Show MoreIrony in Oedipus Rex Oedipus Rex, by the Greek playwright Sophocles, is, without a doubt, one of the greatest examples of dramatic irony. There are many instances where the audience knows so much more than the main characters, and Sophocles uses irony to point to Oedipus as Laius' murderer as well. Additionally, Oedipus is most definitely a tragic hero-he had a tragic flaw, namely that he was relentless and often rash in his search for the truth about Laius' death and his killer; this ultimately lead to Oedipus' own destruction. He also refuses to compromise or humble himself before others and stubbornly refuses to allow others to express different opinions from their own. Oedipus is so arrogant and self-confident that he…show more content…
Additionally, it is extremely ironic that Teiresias is blind. His old age represents his wisdom, and his physical blindness is ironic because he is able to see the reality in Oedipus' situation. Conversely, Oedipus is not physically blind, but is unable to see the truth. During the play Teiresias reminds Oedipus of his ability to solve the riddle of the Sphinx in the past, and he presents another riddle. The irony of the riddles is that although Oedipus had solved the first one to lift Thebes' plague, he did not realize that it was symbolic of his own life. To contribute to the irony, Oedipus curses Laius' murderer and vows to avenge the former king's death. He is virtually condemning himself. His speeches foreshadow his imminent doom- he is destined by the gods to be a victim, and there is nothing he can do to escape the fate he once learned of from the oracle.
As a tragic hero, Oedipus is the classic definition. He has many characteristics of a great leader- strong, upright, clever, proud, arrogant, etc. However, these attributes also add to his downfall. He makes, rash, hasteful decisions at times, especially in front of the people. When Teiresias and Creon encourage him to speak privately of what they have discovered, he refuses to listen because he cannot imagine that it would possibly regard a matter that would defame him. Oedipus is shocked when Teiresias tells him the truth, and then reverses the accusation by declaring that Teiresias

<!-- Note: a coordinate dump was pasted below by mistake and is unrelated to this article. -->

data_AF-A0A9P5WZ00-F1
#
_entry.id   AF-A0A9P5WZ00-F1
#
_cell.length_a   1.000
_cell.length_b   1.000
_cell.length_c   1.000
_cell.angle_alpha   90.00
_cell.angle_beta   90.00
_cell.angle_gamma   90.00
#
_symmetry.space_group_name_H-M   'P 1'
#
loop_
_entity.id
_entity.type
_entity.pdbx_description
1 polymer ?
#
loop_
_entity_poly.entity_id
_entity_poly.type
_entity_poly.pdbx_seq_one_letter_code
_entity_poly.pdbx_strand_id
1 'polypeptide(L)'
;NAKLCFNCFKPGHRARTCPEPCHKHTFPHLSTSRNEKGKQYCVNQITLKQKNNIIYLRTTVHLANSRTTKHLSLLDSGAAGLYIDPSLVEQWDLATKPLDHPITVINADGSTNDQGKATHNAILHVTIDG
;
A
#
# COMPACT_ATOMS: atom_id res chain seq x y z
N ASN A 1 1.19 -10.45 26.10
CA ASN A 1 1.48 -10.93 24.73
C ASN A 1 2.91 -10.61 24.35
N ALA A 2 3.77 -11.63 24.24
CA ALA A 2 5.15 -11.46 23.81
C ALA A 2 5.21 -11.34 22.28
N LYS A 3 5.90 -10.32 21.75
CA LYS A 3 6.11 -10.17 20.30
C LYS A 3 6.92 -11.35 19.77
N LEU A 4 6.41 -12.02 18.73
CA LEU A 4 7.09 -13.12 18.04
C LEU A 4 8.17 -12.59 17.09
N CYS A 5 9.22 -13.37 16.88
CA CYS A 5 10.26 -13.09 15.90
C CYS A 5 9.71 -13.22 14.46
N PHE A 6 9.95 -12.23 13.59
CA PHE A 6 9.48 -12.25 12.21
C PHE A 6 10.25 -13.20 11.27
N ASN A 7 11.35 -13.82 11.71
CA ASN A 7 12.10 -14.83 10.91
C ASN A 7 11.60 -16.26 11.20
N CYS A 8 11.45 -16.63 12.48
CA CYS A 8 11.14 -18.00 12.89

Dramatic Irony In Sophocles' Oedipus The King
Dramatic Irony in Sophocles' Oedipus the King
Oedipus the King is a Greek tragedy written by Sophocles. Sophocles knowing that his audience is aware of the outcome of the play utilizes that knowledge to create various situations in which dramatic irony play key roles. Dramatic irony is when the audience knows the tragic truth before the characters do. Through his use of irony Sophocles manages to avoid retelling an old tale, though the audience is cognizant of the story's end they are intrigued by the irony present in the story. Sophocles made liberal use of irony. By doing this he tantalized the viewer into wanting to see how the events that occurred later would mentally affect the main character, in this case Oedipus.
Oedipus is self-confident, intelligent, and strong willed. Ironically these are the very traits which bring about his tragic discovery. Because of these traits Oedipus was able to solve the riddle given to him by the Sphinx. When this riddle was solved he acquired great popularity and power. He was then challanged into a riddle of his own where he had to find out the truth of his past and the fate of his future. By solving this riddle he lost all the power and glory, left to be exiled and become a beggar in another land. If Oedipus had not been so determined to escape and prevent the prophecy by the Oracle, he would not have fulfilled it. Possibly, he was doomed to fulfill the prophecy because he believed he could avoid it. Nevertheless, his fate was sealed by his actions of pride and determination. His pride of conquering the Sphinx led him to the marriage of Jocasta, his mother. When avenging Jocasta's previous husband, and his true father, King Laius' death, he was blinded by his pride to the concept that perhaps he was the murderer.
Two of the most note worthy parts of Dramatic Irony in Oedipus the King is how both Jocasta and Oedipus are trying to differ the prophecy of the Oracle. In both cases, the Oracle's prophecy comes true regardless of the characters' actions. Jocasta and Laius's thought of successfully killing their child at birth so the Oracle's prophecy could not happen and Oedipus's believing that if he fled Corinth, he would not be able to kill his father. Jocasta kills her son only to find him alive and married to her. Oedipus leaves Corinth only to find that in doing this he has found his real parents and carried out the oracle's words. Oedipus strongly believes that he has beaten the prophecy, only to find that the oracles were right after all. Even the manner in which Oedipus and Jocasta express their disbelief in the Oracle is ironic. In an attempt to comfort Oedipus, Jocasta tells him that the Oracle is powerless; yet at the beginning of the very...
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